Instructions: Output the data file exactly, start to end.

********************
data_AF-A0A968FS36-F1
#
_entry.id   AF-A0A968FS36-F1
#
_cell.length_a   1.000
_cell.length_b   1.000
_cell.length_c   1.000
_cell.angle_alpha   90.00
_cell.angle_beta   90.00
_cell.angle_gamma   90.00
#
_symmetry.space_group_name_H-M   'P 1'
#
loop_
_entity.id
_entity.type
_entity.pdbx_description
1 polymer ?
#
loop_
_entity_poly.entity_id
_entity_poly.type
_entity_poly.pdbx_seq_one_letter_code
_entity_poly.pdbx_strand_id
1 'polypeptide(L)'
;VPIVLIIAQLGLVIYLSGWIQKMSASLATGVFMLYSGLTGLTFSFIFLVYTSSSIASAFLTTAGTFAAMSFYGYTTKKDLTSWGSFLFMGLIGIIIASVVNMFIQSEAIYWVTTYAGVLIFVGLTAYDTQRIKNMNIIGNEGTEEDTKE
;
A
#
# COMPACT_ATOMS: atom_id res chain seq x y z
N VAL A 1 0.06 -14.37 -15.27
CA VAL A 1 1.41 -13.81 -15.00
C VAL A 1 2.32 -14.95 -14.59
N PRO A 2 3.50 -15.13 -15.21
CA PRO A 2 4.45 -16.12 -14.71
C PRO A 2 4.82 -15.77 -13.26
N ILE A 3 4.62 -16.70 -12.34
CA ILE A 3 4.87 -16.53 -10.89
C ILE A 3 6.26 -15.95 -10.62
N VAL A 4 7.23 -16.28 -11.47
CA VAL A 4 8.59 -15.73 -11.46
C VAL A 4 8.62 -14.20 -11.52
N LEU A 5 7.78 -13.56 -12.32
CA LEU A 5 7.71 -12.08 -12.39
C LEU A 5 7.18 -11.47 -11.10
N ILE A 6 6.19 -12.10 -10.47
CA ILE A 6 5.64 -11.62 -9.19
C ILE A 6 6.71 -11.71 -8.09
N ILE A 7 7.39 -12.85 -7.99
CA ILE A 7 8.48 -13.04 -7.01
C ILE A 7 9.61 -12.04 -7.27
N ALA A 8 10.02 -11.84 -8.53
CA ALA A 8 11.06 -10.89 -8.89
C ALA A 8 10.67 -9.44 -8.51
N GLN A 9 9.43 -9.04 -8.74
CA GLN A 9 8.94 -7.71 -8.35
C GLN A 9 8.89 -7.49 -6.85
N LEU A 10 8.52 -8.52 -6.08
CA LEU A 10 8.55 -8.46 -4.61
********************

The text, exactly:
data_AF-A0A968FS36-F1
#
_entry.id   AF-A0A968FS36-F1
#
_cell.length_a   1.000
_cell.length_b   1.000
_cell.length_c   1.000
_cell.angle_alpha   90.00
_cell.angle_beta   90.00
_cell.angle_gamma   90.00
#
_symmetry.space_group_name_H-M   'P 1'
#
loop_
_entity.id
_entity.type
_entity.pdbx_description
1 polymer ?
#
loop_
_entity_poly.entity_id
_entity_poly.type
_entity_poly.pdbx_seq_one_letter_code
_entity_poly.pdbx_strand_id
1 'polypeptide(L)'
;VPIVLIIAQLGLVIYLSGWIQKMSASLATGVFMLYSGLTGLTFSFIFLVYTSSSIASAFLTTAGTFAAMSFYGYTTKKDLTSWGSFLFMGLIGIIIASVVNMFIQSEAIYWVTTYAGVLIFVGLTAYDTQRIKNMNIIGNEGTEEDTKE
;
A
#
# COMPACT_ATOMS: atom_id res chain seq x y z
N VAL A 1 0.06 -14.37 -15.27
CA VAL A 1 1.41 -13.81 -15.00
C VAL A 1 2.32 -14.95 -14.59
N PRO A 2 3.50 -15.13 -15.21
CA PRO A 2 4.45 -16.12 -14.71
C PRO A 2 4.82 -15.77 -13.26
N ILE A 3 4.62 -16.70 -12.34
CA ILE A 3 4.87 -16.53 -10.89
C ILE A 3 6.26 -15.95 -10.62
N VAL A 4 7.23 -16.28 -11.47
CA VAL A 4 8.59 -15.73 -11.46
C VAL A 4 8.62 -14.20 -11.52
N LEU A 5 7.78 -13.56 -12.32
CA LEU A 5 7.71 -12.08 -12.39
C LEU A 5 7.18 -11.47 -11.10
N ILE A 6 6.19 -12.10 -10.47
CA ILE A 6 5.64 -11.62 -9.19
C ILE A 6 6.71 -11.71 -8.09
N ILE A 7 7.39 -12.85 -7.99
CA ILE A 7 8.48 -13.04 -7.01
C ILE A 7 9.61 -12.04 -7.27
N ALA A 8 10.02 -11.84 -8.53
CA ALA A 8 11.06 -10.89 -8.89
C ALA A 8 10.67 -9.44 -8.51
N GLN A 9 9.43 -9.04 -8.74
CA GLN A 9 8.94 -7.71 -8.35
C GLN A 9 8.89 -7.49 -6.85
N LEU A 10 8.52 -8.52 -6.08
CA LEU A 10 8.55 -8.46 -4.61